7. Deforestation

The cutting of trees in a reckless manner i.e. deforestation is also a major cause of man­made flooding. Trees prevent soil erosion and also the loss of crops. The vegetation is also enriched as a result of more and more trees. This also blocks the massive flow of rain, thus preventing flooding.

8. Storm Surges and Tsunamis

Rain is not always the culprit when it comes to flooding. Storm surges related to hurricanes and other storms can lead to significant flooding, as can tsunamis that are sometimes caused by underwater earthquakes. Given modern technology, we often know about storm surges and tsunamis before they arrive, but this is not always the case. For example, in 2004, an earthquake off the coast of Indonesia created a tsunami that gave little warning before coming ashore.

9. A Lack of Vegetation

Vegetation can help slow runoff and prevent flooding. When there is a lack of vegetation, however, there is little to stop water from running off. This can be a bit of a conundrum after a drought. While area residents likely welcome the rain, the lack of vegetation after the drought can cause flash flooding. This does not always happen given that basins and reservoirs are close to empty, but it can occur in cases of extreme rains following long periods of drought.

10. Emission of Greenhouse Gases

The burning of fossil fuels, the industrial influences, the pollution all is depleting the level of the ozone layer and increasing the level of greenhouse gases, becoming a major cause of man­made flooding.


Other Factors

The broken supply lines cause the outflow of water but lead to less damage. Also, there is water flow from the washing machines. Furthermore, overflow from dishwashers worsens the situation. 

Also, the lack of proper sewage systems adds to the destruction of this natural disaster.

Thus, a flood can be caused both due to natural causes as well as it can be a human made flood. Flood causes a huge loss of life and property. Waterborne diseases spread as a result of Floods causing health problems. 

Moreover, the destruction of roads and infrastructure facilities, the disturbance of ecosystems, improper sewage systems all demand serious efforts of adopting sustainable measures.

Taking steps such as afforestation, decreased the emission of harmful gases into the atmosphere could help.

Also, enrichment of vegetation, fewer deeds causing pollution and treatment of sewage could be useful ways to combat the situation.

Geography can also make an area more likely to flood. For example, areas near rivers are often at risk for floods. Urban areas (areas near cities) are also at higher risk for floods because rooftops funnel rainfall to the ground below, and paved surfaces such as highways and parking lots prevent the ground from absorbing the rain.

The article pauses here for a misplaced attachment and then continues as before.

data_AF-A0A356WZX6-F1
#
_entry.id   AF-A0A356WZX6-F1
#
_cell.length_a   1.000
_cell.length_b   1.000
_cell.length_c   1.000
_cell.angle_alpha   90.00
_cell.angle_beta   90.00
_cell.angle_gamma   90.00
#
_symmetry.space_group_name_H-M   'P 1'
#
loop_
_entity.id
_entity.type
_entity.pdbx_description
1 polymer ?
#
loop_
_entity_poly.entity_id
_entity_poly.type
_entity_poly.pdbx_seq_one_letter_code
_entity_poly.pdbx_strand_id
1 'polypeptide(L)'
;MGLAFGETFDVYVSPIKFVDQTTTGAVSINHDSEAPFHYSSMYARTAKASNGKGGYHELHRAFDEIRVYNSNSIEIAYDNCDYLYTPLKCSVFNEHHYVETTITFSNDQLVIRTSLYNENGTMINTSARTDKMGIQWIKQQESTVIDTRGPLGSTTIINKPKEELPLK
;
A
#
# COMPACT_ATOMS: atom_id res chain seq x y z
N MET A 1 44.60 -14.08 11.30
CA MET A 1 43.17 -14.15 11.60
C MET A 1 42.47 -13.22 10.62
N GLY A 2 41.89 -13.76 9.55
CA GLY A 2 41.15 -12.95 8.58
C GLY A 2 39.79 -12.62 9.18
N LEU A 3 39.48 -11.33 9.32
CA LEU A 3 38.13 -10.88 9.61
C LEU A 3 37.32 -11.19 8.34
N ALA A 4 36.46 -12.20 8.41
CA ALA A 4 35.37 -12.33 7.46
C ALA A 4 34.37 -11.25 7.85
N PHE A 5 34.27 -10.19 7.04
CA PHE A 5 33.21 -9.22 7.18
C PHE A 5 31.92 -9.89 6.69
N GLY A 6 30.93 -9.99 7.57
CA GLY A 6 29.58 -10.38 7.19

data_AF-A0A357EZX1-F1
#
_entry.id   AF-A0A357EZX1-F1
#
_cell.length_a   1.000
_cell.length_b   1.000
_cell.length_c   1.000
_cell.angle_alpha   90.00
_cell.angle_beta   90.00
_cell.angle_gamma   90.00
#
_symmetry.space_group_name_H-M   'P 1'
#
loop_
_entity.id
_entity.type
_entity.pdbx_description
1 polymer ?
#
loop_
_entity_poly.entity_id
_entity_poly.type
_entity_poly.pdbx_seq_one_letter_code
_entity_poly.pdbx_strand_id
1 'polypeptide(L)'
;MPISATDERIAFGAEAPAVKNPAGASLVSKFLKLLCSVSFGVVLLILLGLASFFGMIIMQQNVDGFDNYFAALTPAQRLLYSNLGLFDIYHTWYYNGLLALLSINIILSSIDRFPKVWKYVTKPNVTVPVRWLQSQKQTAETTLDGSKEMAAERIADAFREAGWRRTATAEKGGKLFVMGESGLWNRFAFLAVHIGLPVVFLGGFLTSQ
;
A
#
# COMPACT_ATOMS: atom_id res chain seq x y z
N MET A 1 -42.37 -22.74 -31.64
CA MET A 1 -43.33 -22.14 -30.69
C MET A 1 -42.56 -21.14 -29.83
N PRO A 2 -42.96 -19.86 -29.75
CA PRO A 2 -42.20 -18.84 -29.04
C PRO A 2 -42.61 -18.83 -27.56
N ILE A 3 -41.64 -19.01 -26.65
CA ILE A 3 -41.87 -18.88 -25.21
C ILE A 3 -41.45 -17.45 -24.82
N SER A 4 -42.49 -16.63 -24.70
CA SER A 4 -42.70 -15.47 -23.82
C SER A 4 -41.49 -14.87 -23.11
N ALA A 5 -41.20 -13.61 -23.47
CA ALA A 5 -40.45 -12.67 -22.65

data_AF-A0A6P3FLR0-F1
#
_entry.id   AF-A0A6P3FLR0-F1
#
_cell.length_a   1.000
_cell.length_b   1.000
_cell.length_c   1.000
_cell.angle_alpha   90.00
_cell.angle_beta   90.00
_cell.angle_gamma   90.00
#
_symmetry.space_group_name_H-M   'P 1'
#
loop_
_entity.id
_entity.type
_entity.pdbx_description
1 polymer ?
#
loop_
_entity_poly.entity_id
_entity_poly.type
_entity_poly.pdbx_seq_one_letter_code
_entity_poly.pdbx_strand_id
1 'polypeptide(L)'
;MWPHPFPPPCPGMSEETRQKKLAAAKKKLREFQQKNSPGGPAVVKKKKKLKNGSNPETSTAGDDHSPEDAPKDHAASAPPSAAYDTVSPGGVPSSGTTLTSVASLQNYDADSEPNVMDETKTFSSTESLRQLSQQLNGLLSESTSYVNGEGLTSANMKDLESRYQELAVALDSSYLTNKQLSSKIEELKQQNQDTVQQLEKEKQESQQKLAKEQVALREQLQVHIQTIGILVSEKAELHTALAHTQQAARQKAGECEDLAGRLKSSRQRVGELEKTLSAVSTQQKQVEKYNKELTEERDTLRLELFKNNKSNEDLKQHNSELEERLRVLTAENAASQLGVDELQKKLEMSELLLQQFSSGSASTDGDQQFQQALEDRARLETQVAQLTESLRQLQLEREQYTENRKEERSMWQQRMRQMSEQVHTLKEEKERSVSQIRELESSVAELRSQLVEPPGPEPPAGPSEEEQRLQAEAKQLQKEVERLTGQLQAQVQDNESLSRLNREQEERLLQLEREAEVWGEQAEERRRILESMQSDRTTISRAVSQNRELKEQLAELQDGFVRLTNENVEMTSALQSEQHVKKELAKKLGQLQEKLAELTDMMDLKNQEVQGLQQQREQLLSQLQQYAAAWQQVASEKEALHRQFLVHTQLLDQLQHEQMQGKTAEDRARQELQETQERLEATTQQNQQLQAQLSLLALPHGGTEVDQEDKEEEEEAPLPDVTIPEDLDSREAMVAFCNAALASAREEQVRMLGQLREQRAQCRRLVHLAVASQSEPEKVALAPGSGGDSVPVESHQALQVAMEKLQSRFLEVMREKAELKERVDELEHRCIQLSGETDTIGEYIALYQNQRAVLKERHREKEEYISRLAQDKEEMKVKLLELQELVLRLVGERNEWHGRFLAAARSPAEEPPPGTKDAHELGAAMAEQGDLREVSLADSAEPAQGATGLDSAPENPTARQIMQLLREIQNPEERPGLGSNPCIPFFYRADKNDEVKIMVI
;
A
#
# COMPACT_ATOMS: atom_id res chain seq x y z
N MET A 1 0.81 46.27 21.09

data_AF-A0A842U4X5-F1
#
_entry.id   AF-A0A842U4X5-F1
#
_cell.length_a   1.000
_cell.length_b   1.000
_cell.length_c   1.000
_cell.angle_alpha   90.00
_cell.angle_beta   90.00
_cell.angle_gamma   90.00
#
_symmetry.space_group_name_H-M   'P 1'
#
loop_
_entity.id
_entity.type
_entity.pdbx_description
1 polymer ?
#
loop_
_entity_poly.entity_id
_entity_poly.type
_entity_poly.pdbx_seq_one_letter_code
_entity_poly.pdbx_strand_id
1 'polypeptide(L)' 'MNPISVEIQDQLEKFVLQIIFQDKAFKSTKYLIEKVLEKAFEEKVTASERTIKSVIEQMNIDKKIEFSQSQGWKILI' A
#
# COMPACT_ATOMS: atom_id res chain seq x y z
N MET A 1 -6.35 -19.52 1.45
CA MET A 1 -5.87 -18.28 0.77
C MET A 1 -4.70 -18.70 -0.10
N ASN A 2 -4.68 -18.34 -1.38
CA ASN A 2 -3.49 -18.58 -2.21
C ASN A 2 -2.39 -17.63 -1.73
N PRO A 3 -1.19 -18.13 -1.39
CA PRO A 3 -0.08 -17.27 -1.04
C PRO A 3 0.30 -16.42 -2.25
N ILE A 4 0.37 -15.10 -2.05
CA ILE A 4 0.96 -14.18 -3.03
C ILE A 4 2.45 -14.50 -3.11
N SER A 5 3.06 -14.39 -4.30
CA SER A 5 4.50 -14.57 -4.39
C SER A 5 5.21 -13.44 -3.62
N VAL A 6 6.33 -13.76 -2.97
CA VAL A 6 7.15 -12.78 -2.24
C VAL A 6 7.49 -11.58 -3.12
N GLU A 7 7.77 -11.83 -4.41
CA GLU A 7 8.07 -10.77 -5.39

What is a flash flood?

Flash floods are very dangerous floods that can happen with little or no warning. When there is more rain than the soil can absorb, the excess water quickly runs into rivers and creeks, overwhelming storm drains and ditches and causing a flash flood. Flash floods can cause water to rise significantly in a short amount of time.


Where does all of that rain come from?

Several different weather conditions can cause extreme rainfall in a region. Tropical cyclones form in some tropical and subtropical areas, usually in the summer and fall. When they appear in the Atlantic Ocean or the northwest part of the Pacific Ocean and reach certain intensity, they are called hurricanes.

Tropical cyclones can produce huge amounts of rain, causing flooding and flash flooding once the storm reaches land. They can also send a rush of water from the ocean onto coastlines in an event called a storm surge, which floods low-lying areas.

Another phenomenon that can cause extreme rainfall is called an atmospheric river. Atmospheric rivers are long, narrow conveyor belts of moisture that move through the atmosphere. Strong atmospheric rivers can deliver enormous amounts of rain and snow in California, the Pacific Northwest and Alaska, especially during the winter months. This can lead to serious flooding and mudslides.


How do satellites help during floods?

Weather satellites, like those in NOAA’s Geostationary Operational Environmental Satellite (GOES­R) series, keep an eye on atmospheric events that can lead to flooding. For example, the GOES­R series satellites are equipped with an instrument called the Advanced Baseline Imager (ABI), which can detect and monitor the formation of atmospheric rivers.

The ABI can also determine the amount of total moisture in the atmosphere from the ground all the way to the top of the atmosphere. This provides useful information for weather forecasters to improve predictions for heavy rains and flash flooding and help people stay safe. After flooding occurs, weather satellites can also be used to spot heavily flooded regions from space. 

Information from GOES­R and the NOAA­NASA Suomi NPP satellite can be used to create “flood maps.” These maps help officials quickly determine where to send help and resources during a flood.